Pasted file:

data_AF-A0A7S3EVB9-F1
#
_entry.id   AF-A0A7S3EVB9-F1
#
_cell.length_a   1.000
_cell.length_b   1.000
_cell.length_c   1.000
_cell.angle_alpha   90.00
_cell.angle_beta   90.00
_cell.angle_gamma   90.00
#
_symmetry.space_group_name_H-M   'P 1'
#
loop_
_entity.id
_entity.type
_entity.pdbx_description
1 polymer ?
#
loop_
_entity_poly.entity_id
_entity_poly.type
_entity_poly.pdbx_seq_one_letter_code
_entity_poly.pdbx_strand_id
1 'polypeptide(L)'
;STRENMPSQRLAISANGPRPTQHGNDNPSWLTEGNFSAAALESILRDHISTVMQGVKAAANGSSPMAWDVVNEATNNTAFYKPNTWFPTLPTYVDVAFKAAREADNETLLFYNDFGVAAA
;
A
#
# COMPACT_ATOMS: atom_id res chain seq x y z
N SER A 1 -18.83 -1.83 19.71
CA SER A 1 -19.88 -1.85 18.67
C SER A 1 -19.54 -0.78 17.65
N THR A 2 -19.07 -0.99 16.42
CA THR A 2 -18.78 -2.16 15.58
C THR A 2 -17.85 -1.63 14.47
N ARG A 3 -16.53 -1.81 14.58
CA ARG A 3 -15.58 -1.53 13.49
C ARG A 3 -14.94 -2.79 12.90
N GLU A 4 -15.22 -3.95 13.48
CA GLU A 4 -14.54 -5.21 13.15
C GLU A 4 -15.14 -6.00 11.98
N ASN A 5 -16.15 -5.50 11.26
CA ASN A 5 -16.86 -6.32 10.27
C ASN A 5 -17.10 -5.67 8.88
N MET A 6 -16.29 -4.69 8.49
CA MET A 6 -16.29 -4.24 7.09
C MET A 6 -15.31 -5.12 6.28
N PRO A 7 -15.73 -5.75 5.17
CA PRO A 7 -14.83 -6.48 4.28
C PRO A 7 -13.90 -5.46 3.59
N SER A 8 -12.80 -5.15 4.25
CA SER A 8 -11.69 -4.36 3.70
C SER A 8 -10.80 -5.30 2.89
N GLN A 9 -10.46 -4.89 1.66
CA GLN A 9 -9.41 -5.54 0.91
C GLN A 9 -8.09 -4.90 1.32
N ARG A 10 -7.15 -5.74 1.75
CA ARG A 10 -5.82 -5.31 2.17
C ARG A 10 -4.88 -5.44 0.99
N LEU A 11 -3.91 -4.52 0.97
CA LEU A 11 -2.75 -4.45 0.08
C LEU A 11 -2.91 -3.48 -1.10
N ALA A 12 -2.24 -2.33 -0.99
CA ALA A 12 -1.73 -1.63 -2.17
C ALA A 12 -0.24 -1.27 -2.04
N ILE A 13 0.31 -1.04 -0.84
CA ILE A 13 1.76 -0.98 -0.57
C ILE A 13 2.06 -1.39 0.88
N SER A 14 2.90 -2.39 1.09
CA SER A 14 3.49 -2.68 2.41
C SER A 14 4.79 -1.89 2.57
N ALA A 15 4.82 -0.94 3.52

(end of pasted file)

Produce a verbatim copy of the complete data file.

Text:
data_AF-A0A7S3EVB9-F1
#
_entry.id   AF-A0A7S3EVB9-F1
#
_cell.length_a   1.000
_cell.length_b   1.000
_cell.length_c   1.000
_cell.angle_alpha   90.00
_cell.angle_beta   90.00
_cell.angle_gamma   90.00
#
_symmetry.space_group_name_H-M   'P 1'
#
loop_
_entity.id
_entity.type
_entity.pdbx_description
1 polymer ?
#
loop_
_entity_poly.entity_id
_entity_poly.type
_entity_poly.pdbx_seq_one_letter_code
_entity_poly.pdbx_strand_id
1 'polypeptide(L)'
;STRENMPSQRLAISANGPRPTQHGNDNPSWLTEGNFSAAALESILRDHISTVMQGVKAAANGSSPMAWDVVNEATNNTAFYKPNTWFPTLPTYVDVAFKAAREADNETLLFYNDFGVAAA
;
A
#
# COMPACT_ATOMS: atom_id res chain seq x y z
N SER A 1 -18.83 -1.83 19.71
CA SER A 1 -19.88 -1.85 18.67
C SER A 1 -19.54 -0.78 17.65
N THR A 2 -19.07 -0.99 16.42
CA THR A 2 -18.78 -2.16 15.58
C THR A 2 -17.85 -1.63 14.47
N ARG A 3 -16.53 -1.81 14.58
CA ARG A 3 -15.58 -1.53 13.49
C ARG A 3 -14.94 -2.79 12.90
N GLU A 4 -15.22 -3.95 13.48
CA GLU A 4 -14.54 -5.21 13.15
C GLU A 4 -15.14 -6.00 11.98
N ASN A 5 -16.15 -5.50 11.26
CA ASN A 5 -16.86 -6.32 10.27
C ASN A 5 -17.10 -5.67 8.88
N MET A 6 -16.29 -4.69 8.49
CA MET A 6 -16.29 -4.24 7.09
C MET A 6 -15.31 -5.12 6.28
N PRO A 7 -15.73 -5.75 5.17
CA PRO A 7 -14.83 -6.48 4.28
C PRO A 7 -13.90 -5.46 3.59
N SER A 8 -12.80 -5.15 4.25
CA SER A 8 -11.69 -4.36 3.70
C SER A 8 -10.80 -5.30 2.89
N GLN A 9 -10.46 -4.89 1.66
CA GLN A 9 -9.41 -5.54 0.91
C GLN A 9 -8.09 -4.90 1.32
N ARG A 10 -7.15 -5.74 1.75
CA ARG A 10 -5.82 -5.31 2.17
C ARG A 10 -4.88 -5.44 0.99
N LEU A 11 -3.91 -4.52 0.97
CA LEU A 11 -2.75 -4.45 0.08
C LEU A 11 -2.91 -3.48 -1.10
N ALA A 12 -2.24 -2.33 -0.99
CA ALA A 12 -1.73 -1.63 -2.17
C ALA A 12 -0.24 -1.27 -2.04
N ILE A 13 0.31 -1.04 -0.84
CA ILE A 13 1.76 -0.98 -0.57
C ILE A 13 2.06 -1.39 0.88
N SER A 14 2.90 -2.39 1.09
CA SER A 14 3.49 -2.68 2.41
C SER A 14 4.79 -1.89 2.57
N ALA A 15 4.82 -0.94 3.52